Coronavirus and the Housing Market

Will COVID-19 cause the housing market to collapse, as it did during the financial crisis in 2008?  Myriad factors: the US stock market in flux; a weakened global economy; and rising unemployment nearing levels of the Great Depression, has made some investors anticipate plunging real estate prices. Additionally, with millions of people furloughed or laid off and social distancing hampering business-as-usual, it may take months, if not years, to return to economic normalcy.  But the housing collapse in the early aughts, brought on by subprime lending, is completely different from the situation today. Historically, depending on which area of the country you are in, home prices tend to rise over time. A report by Zillow indicates home price may fall 2-3% and home sales to fall as much as 60% with a recovery anywhere from the the end of 2020 to the end of 2021. So, don’t expect to find the same situation as the Great Recession.

That said, what may be coming is a rise in housing foreclosures.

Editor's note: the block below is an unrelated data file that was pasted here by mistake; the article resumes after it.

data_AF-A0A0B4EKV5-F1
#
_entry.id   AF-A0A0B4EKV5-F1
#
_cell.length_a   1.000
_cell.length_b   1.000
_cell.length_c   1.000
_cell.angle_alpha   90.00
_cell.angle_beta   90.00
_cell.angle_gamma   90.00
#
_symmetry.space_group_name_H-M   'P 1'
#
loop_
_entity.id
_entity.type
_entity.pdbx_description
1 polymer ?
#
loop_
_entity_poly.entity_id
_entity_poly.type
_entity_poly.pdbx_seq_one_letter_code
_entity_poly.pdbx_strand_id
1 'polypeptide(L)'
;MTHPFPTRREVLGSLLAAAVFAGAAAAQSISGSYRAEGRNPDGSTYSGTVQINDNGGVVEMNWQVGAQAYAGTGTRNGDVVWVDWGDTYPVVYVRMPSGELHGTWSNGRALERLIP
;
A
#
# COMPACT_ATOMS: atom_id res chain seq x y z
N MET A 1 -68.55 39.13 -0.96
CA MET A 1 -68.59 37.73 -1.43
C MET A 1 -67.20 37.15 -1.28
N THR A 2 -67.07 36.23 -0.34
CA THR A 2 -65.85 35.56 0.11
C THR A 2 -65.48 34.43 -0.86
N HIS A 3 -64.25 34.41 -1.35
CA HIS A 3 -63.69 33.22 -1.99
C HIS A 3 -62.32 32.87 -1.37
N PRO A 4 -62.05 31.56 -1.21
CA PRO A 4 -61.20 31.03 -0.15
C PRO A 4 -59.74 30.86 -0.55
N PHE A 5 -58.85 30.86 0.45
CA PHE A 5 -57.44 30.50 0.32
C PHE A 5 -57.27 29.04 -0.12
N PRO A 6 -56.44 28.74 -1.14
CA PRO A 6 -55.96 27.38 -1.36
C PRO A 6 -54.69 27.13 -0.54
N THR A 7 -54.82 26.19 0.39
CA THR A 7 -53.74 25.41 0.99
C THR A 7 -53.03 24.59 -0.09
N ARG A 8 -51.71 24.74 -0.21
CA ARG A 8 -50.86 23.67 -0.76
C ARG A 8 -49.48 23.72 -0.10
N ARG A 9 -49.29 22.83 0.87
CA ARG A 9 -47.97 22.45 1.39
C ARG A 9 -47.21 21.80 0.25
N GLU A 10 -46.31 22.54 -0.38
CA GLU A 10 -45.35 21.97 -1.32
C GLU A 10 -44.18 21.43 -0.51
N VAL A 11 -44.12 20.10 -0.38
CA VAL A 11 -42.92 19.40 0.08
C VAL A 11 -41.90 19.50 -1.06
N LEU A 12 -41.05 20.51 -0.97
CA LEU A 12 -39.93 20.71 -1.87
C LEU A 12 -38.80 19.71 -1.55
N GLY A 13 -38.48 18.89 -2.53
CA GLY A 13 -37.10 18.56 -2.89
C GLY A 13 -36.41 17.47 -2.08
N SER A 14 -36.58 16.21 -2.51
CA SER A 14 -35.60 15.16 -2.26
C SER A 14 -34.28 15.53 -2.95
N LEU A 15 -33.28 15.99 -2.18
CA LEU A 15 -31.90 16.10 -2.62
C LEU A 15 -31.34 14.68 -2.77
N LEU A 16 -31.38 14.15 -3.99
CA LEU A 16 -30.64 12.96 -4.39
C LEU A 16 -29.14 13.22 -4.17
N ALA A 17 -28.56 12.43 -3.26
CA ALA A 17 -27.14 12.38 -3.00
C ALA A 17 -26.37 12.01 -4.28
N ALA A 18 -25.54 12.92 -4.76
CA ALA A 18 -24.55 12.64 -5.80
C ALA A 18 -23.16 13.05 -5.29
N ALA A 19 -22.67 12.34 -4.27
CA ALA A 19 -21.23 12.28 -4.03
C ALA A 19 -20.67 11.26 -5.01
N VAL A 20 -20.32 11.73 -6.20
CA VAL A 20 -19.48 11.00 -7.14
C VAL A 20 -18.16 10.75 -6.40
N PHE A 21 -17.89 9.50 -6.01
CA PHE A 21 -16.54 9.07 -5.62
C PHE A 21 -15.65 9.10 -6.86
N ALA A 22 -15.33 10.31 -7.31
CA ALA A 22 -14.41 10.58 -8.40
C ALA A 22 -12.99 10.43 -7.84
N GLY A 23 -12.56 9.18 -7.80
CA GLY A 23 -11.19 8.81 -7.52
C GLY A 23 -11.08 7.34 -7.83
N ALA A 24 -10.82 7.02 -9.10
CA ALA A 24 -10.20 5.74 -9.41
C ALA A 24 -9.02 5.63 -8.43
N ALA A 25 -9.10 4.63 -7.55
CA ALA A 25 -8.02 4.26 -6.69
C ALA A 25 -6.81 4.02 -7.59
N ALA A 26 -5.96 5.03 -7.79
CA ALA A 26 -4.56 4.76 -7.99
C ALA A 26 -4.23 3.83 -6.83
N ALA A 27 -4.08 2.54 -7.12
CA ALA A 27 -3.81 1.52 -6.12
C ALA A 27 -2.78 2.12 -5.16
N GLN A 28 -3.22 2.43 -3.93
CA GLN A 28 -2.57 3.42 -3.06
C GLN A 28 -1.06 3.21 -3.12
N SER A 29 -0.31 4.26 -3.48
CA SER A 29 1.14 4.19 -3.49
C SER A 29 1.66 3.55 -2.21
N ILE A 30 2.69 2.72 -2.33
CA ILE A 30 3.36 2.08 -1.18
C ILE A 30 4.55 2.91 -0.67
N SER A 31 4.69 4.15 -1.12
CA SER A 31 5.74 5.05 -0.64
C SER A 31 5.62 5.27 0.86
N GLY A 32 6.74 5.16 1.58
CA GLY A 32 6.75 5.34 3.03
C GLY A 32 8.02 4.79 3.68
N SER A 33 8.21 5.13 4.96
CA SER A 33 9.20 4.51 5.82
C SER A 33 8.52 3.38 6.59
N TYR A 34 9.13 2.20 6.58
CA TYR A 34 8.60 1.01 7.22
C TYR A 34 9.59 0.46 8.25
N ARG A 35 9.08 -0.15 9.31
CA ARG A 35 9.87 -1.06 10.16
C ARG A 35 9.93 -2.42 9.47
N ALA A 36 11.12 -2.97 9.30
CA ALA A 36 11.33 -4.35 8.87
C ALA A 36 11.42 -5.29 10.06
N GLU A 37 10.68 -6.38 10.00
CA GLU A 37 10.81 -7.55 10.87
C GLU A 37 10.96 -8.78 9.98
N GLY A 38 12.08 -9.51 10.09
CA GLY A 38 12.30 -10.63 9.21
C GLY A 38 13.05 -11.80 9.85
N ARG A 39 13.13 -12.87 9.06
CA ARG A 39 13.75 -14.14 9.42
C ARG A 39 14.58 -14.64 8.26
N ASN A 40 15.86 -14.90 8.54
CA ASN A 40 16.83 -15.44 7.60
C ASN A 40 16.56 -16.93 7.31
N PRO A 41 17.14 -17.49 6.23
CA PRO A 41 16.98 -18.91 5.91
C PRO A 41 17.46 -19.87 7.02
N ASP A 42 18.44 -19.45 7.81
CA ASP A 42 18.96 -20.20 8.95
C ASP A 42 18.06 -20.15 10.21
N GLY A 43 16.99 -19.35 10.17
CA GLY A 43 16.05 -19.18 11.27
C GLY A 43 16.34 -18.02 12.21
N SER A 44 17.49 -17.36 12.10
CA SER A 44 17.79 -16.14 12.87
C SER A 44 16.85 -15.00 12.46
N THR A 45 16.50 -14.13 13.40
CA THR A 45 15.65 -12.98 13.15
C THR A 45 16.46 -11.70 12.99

If the economy continues to lag, homeowners may find it challenging to keep up with mortgage payments. Prompted by Freddie Mac and Fannie Mae , many lenders are offering some sort of flexibility for mortgage holders affected by the fallout from COVID-19 such as reduced or suspended payments under the CARES Act. While this may prevent a surge in foreclosures, Forbes Magazine states

…the CARES Act isn’t specific when it comes to what happens once the forbearance period ends. As a result, individual lenders and servicers are setting different rules about how borrowers must make up the delayed payments.

For some borrowers signing up for a mortgage forbearance program could result in a “balloon” payment, where the delayed payment is due as a lump sum. Already worried about their ability to pay bills and current mortgage payments, this may prompt many people to consider bankruptcy.

Additionally, investors in the rental or short term (AirBnB) markets will be feeling the pinch as people decline to travel or renters lose their jobs. Some investors may carry several mortgages and are looking to off load debt.

An experienced flipper can expect to take advantage of these homes, but shouldn’t expect to find the same situation as the Great Recession.